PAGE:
What does the song at the end of ‘S-Town’ mean?

Though light in tone, the lyrics actually tell a heartbreaking tale of loneliness:
She watches her flowers grow
While lovers come and go
To give each other roses from her tree
But not a rose for Emily

 And as the years go by
She will grow old and die
The roses in her garden fade away
Not one left for her grave
Not a rose for Emily 

The bittersweet ballad stems from William Faulkner’s 1930 short story, which John B. What plays at the end of each Southern Gothic-esque chapter is “A Rose for Emily,” a melodic song from 1968 by the British rock band The Zombies. As EW’s Joe McGovern notes in his review of the podcast, Faulkner’s sad tale could easily be subtitled “A Rose for John B. Show Full Article What was initially believed to be a podcast about an alleged murder in a small town turned out to be a multifaceted exploration of a man’s life that was as complicated as it was fascinating. WARNING: This post   contains spoilers about the S-Town series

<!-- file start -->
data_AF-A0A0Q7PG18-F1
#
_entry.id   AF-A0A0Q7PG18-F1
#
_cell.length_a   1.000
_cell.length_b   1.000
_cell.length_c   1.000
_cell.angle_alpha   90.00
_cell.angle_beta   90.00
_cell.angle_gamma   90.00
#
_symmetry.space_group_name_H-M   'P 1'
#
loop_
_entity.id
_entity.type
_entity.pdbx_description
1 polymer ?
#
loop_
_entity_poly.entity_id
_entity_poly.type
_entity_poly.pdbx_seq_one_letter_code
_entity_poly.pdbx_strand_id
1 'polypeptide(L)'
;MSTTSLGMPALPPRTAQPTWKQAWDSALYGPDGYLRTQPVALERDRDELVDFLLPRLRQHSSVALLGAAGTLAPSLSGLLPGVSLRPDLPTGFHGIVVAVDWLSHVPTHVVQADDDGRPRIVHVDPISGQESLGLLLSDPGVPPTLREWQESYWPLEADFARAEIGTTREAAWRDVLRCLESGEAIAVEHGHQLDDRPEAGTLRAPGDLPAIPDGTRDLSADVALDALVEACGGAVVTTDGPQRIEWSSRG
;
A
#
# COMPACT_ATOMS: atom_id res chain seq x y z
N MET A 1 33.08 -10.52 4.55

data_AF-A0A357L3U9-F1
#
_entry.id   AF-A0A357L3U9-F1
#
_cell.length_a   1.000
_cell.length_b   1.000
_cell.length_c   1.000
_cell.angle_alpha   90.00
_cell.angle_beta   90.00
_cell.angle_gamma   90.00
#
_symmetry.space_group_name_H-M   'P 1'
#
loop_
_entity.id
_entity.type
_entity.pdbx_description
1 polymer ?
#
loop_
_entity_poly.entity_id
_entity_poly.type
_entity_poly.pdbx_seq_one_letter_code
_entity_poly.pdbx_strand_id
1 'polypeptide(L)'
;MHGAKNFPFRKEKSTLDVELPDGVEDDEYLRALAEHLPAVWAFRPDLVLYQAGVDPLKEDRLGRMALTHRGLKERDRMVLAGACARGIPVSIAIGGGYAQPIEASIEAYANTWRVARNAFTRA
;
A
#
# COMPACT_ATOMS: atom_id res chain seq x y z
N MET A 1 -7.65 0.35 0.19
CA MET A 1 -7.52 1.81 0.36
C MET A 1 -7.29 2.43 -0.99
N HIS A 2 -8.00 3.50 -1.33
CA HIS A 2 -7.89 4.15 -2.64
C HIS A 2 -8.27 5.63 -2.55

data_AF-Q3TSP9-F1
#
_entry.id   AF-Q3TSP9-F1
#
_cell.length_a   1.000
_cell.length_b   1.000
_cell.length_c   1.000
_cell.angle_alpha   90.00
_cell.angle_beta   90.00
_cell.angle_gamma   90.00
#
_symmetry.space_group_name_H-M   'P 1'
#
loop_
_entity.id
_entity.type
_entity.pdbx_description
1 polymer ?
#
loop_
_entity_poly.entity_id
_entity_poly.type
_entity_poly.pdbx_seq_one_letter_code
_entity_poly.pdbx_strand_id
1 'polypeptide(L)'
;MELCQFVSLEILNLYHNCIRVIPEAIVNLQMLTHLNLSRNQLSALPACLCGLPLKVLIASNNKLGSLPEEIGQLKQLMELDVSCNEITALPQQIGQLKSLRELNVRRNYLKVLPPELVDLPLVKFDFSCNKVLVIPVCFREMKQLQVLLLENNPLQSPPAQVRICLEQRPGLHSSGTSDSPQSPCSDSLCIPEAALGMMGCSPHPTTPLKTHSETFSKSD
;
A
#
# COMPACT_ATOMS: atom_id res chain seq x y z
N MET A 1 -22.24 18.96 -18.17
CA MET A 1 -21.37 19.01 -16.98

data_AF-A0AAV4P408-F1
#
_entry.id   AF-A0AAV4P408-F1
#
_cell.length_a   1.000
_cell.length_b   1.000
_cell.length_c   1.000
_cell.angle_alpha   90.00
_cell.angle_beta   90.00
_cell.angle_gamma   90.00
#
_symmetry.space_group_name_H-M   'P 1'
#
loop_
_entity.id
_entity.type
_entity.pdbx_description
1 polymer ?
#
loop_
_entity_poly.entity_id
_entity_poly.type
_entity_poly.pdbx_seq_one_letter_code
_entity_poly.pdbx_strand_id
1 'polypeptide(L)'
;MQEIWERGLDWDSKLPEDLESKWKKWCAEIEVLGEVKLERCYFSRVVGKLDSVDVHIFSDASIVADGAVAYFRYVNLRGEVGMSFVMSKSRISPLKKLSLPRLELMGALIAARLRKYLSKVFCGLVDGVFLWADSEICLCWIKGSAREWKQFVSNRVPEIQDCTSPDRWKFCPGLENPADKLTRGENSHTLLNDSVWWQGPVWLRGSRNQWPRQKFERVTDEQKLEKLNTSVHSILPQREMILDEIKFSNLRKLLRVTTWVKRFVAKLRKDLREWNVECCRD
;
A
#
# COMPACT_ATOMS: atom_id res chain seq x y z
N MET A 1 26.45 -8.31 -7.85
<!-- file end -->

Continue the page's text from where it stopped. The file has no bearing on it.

Nothing in S-Town is simple. Faulkner’s   tale depicts a wealthy woman from a fictional town in Mississippi who died a “spinster.” During her life, she became a recluse and her peculiar behavior often caught the attention of the nearby townspeople. McLemore.” Listen to the full song by The Zombies below. McLemore, the main subject of S-Town, gave a copy of to host and producer Brian Reed during the first days of their initial meeting. As each hour unfolds in the seven-episode series by the creators of Serial   and   This American Life, the dark-and-twisty journey listeners are   on is suddenly met with a sound so jarring, it’s impossible not to pay attention. It’s hard to ignore the parallels between the story’s main character and McLemore, both misunderstood beings who lived lives of   solitude and mystery. The same complexity can apply to the show’s use of music.